Royal Ballet Flanders opens season with Don Quixote
Royal Ballet Flanders is opening its new season with a Spanish-flavoured production that combines continual action with broad humour
The ballet covers only part of Cervantes’ monster novel, replacing epic sweep with a more focused story of frustrated love. Kitri, the beautiful daughter of an inn-keeper, and Basilio the barber are devoted to one another, but their passion is thwarted when Kitri’s father promises her to a rich nobleman. Everything seems lost, until Don Quixote turns up with his deluded chivalry and proceeds to upset everyone’s plans.
Don Quixote was created in 1869 for Moscow’s Bolshoi Ballet, with music by Ludwig Minkus. It was choreographed by Marius Petipa, a Frenchman with a talent for spectacle who helped create classics such as The Nutcracker and Swan Lake. He also knew a thing or two about Spanish dance and was able to blend the characteristic movements of the seguidilla, fandango, jota and bolero with classical ballet steps. More importantly, he used them to create character dances that advance the story rather than interludes that stop it dead.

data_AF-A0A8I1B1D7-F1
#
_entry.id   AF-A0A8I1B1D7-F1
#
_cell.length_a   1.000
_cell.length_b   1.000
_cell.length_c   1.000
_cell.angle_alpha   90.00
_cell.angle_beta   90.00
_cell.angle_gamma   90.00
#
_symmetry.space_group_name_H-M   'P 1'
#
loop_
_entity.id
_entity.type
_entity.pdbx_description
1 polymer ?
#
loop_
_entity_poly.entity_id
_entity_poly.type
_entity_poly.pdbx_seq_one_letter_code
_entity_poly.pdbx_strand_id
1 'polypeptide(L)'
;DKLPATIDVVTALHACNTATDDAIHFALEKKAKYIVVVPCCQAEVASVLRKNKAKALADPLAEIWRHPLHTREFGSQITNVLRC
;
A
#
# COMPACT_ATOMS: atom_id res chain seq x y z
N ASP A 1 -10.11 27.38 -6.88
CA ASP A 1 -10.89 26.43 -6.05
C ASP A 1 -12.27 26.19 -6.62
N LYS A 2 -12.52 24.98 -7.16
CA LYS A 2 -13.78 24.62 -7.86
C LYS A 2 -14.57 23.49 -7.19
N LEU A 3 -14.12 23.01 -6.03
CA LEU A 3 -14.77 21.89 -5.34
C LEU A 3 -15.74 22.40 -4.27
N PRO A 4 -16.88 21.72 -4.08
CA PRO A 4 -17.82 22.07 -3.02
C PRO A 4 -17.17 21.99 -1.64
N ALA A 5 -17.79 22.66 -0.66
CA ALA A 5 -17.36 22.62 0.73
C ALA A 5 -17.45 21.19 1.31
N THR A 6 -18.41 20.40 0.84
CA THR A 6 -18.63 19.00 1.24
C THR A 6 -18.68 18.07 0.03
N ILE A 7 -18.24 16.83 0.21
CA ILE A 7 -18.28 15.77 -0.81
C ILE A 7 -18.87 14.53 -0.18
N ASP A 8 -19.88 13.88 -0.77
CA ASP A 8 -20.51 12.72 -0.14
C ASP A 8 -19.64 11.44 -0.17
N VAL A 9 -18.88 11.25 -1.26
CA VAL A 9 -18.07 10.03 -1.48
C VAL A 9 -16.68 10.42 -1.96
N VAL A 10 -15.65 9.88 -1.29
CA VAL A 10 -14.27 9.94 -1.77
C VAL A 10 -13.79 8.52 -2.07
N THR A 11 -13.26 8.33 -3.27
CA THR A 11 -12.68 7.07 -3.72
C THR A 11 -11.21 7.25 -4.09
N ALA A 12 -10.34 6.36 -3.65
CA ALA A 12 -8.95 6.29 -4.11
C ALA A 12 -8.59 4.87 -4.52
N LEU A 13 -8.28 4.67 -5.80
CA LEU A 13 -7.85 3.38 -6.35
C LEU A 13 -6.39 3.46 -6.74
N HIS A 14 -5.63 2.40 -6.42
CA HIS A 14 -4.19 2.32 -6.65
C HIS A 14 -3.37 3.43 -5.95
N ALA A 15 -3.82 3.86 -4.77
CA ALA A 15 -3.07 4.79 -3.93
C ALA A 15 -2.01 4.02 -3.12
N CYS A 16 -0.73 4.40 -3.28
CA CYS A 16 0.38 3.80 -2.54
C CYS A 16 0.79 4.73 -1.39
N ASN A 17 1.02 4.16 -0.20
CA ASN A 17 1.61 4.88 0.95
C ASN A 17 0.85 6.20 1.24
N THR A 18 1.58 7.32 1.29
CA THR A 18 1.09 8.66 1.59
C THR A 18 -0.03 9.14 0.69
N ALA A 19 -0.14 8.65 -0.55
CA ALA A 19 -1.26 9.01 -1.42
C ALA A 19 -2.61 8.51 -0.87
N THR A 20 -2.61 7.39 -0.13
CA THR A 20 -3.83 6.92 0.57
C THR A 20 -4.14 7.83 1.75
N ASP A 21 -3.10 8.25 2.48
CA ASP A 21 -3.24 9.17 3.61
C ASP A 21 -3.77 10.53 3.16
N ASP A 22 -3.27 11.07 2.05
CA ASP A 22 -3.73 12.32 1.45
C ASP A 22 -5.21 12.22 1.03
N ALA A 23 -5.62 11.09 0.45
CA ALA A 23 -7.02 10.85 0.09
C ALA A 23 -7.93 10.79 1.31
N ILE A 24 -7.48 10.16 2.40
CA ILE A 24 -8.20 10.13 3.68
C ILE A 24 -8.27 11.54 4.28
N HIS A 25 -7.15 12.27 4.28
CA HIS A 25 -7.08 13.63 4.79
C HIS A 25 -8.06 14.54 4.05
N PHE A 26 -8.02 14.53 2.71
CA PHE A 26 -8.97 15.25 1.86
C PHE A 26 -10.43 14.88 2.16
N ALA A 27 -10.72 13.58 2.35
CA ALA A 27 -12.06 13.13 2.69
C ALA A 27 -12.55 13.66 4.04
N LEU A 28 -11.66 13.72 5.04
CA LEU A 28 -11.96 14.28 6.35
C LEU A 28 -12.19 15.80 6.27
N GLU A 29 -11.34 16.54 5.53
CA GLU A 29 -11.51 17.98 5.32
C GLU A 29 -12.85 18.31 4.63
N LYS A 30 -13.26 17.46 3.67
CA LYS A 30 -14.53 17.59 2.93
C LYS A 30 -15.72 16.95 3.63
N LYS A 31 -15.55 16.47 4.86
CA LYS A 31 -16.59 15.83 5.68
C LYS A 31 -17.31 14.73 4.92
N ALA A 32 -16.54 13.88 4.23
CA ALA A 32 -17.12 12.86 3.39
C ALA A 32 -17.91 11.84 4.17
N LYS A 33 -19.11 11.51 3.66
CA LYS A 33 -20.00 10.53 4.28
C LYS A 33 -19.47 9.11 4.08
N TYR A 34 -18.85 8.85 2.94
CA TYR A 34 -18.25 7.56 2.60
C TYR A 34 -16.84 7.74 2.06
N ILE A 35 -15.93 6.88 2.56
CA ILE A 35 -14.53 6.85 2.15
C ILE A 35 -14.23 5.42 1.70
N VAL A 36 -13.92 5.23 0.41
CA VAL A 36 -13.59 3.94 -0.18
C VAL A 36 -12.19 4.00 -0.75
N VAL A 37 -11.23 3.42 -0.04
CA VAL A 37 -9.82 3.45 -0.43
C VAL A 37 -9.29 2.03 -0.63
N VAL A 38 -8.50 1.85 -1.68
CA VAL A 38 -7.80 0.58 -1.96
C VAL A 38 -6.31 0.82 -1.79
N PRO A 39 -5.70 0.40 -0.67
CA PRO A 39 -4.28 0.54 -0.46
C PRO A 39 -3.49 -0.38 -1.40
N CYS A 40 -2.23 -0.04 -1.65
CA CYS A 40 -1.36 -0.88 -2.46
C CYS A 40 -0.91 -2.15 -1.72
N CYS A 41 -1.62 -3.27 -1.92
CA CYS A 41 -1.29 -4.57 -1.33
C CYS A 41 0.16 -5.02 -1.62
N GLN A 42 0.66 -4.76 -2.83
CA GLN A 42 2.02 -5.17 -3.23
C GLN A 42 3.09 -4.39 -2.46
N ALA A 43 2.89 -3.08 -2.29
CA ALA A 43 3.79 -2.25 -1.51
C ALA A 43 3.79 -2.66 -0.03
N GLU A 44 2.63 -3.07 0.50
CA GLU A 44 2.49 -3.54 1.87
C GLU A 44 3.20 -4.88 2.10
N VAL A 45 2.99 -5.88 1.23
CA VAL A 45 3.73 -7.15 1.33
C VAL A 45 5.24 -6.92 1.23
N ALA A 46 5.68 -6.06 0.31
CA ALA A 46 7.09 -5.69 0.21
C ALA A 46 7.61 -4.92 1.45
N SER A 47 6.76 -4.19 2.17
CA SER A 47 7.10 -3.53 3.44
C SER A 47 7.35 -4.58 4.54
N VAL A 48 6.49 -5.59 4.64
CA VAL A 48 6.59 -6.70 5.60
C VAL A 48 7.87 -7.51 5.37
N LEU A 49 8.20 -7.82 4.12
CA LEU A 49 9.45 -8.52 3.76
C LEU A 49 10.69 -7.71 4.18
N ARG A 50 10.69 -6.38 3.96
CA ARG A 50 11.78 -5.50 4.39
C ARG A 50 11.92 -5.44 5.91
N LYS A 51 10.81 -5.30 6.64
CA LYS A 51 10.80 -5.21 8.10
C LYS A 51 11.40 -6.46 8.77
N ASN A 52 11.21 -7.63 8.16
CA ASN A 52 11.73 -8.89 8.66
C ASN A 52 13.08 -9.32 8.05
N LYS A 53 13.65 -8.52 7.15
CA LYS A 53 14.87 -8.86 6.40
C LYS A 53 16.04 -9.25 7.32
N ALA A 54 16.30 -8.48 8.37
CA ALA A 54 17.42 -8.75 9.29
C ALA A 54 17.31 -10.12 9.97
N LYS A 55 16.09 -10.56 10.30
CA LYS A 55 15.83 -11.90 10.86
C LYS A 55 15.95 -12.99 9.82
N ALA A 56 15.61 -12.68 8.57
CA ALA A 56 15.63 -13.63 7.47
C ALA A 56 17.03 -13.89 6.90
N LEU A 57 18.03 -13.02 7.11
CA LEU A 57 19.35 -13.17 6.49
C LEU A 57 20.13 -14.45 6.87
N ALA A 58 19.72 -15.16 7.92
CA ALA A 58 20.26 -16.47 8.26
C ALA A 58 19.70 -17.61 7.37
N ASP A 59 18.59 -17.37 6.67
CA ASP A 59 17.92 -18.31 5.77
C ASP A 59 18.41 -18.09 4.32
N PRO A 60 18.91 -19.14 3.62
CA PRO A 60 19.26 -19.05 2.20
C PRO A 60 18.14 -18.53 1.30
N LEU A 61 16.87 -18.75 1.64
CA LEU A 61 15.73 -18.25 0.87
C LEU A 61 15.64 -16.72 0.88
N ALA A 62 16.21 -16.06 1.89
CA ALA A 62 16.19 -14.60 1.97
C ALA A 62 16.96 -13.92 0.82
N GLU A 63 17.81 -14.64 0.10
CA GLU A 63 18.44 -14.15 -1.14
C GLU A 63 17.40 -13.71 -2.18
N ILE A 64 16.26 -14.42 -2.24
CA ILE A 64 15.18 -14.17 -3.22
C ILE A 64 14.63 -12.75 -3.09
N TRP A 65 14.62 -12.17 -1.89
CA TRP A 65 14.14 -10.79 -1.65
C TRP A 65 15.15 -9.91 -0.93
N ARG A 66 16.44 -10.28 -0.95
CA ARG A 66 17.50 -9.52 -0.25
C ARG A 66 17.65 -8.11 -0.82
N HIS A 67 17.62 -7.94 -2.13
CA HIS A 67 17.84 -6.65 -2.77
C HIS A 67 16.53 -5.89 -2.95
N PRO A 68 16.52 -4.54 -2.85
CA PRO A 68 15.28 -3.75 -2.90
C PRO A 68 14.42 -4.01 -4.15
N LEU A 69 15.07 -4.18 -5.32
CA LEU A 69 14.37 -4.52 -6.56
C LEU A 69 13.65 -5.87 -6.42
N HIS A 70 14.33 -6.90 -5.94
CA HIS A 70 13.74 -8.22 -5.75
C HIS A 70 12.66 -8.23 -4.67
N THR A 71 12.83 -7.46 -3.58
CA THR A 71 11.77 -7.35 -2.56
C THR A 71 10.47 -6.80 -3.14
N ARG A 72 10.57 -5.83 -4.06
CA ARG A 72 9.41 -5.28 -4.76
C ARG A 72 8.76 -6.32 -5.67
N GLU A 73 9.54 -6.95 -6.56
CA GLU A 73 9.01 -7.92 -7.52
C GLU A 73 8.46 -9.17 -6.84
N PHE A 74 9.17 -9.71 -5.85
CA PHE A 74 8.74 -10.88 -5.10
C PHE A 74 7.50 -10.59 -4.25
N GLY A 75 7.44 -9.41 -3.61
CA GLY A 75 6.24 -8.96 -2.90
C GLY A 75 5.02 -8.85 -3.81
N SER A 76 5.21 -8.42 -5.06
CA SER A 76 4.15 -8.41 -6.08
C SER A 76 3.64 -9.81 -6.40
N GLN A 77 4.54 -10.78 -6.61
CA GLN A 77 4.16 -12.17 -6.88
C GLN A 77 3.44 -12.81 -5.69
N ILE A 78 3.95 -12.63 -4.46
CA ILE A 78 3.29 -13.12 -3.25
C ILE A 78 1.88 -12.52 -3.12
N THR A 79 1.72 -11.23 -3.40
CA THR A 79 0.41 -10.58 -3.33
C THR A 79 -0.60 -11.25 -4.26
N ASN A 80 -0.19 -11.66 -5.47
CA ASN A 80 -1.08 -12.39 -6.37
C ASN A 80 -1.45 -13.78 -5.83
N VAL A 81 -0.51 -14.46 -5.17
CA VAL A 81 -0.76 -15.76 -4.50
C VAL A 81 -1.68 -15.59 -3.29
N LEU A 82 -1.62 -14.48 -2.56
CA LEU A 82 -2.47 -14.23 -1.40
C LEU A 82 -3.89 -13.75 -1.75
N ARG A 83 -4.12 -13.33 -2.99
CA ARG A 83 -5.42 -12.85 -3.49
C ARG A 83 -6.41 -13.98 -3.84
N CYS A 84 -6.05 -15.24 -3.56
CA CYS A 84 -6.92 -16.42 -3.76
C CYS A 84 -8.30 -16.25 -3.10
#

The ballet handed down to us also owes a lot to Aleksandr Gorsky, whose staging for the Bolshoi in 1900 added new music and dances, including Kitri’s celebrated solo dance with a fan.
This production comes from Russian choreographer Alexei Fadeechev, who first staged Don Quixote while he was artistic director of the Bolshoi Ballet between 1998 and 2000. The Flanders Symphony Orchestra will be under the baton of musical director Benjamin Pope.
Photo by Veerle Frissen
Royal Ballet of Flanders
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